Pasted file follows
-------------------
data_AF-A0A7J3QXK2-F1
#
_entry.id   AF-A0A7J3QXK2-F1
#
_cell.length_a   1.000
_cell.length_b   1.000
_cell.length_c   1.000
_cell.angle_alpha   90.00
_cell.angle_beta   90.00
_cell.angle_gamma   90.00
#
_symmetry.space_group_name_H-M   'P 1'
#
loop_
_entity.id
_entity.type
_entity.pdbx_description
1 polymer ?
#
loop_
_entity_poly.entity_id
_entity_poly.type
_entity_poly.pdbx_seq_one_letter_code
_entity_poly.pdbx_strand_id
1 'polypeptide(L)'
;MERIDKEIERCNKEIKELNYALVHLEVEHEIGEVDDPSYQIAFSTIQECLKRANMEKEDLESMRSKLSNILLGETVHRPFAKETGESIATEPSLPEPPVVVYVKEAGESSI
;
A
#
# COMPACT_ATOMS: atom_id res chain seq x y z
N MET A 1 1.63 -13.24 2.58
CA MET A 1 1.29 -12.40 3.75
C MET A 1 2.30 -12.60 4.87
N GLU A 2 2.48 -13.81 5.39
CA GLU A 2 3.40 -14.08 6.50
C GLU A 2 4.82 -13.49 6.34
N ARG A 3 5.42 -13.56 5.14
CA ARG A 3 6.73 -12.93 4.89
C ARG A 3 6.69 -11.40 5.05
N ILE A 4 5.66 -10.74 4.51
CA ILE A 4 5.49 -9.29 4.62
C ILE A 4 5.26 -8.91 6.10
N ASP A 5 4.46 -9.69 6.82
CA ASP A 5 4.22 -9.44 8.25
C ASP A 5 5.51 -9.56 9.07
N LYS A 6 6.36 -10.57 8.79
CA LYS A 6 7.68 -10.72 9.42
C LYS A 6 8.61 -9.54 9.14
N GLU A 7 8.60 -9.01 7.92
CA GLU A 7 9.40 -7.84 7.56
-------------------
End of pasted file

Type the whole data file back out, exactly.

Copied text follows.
data_AF-A0A7J3QXK2-F1
#
_entry.id   AF-A0A7J3QXK2-F1
#
_cell.length_a   1.000
_cell.length_b   1.000
_cell.length_c   1.000
_cell.angle_alpha   90.00
_cell.angle_beta   90.00
_cell.angle_gamma   90.00
#
_symmetry.space_group_name_H-M   'P 1'
#
loop_
_entity.id
_entity.type
_entity.pdbx_description
1 polymer ?
#
loop_
_entity_poly.entity_id
_entity_poly.type
_entity_poly.pdbx_seq_one_letter_code
_entity_poly.pdbx_strand_id
1 'polypeptide(L)'
;MERIDKEIERCNKEIKELNYALVHLEVEHEIGEVDDPSYQIAFSTIQECLKRANMEKEDLESMRSKLSNILLGETVHRPFAKETGESIATEPSLPEPPVVVYVKEAGESSI
;
A
#
# COMPACT_ATOMS: atom_id res chain seq x y z
N MET A 1 1.63 -13.24 2.58
CA MET A 1 1.29 -12.40 3.75
C MET A 1 2.30 -12.60 4.87
N GLU A 2 2.48 -13.81 5.39
CA GLU A 2 3.40 -14.08 6.50
C GLU A 2 4.82 -13.49 6.34
N ARG A 3 5.42 -13.56 5.14
CA ARG A 3 6.73 -12.93 4.89
C ARG A 3 6.69 -11.40 5.05
N ILE A 4 5.66 -10.74 4.51
CA ILE A 4 5.49 -9.29 4.62
C ILE A 4 5.26 -8.91 6.10
N ASP A 5 4.46 -9.69 6.82
CA ASP A 5 4.22 -9.44 8.25
C ASP A 5 5.51 -9.56 9.07
N LYS A 6 6.36 -10.57 8.79
CA LYS A 6 7.68 -10.72 9.42
C LYS A 6 8.61 -9.54 9.14
N GLU A 7 8.60 -9.01 7.92
CA GLU A 7 9.40 -7.84 7.56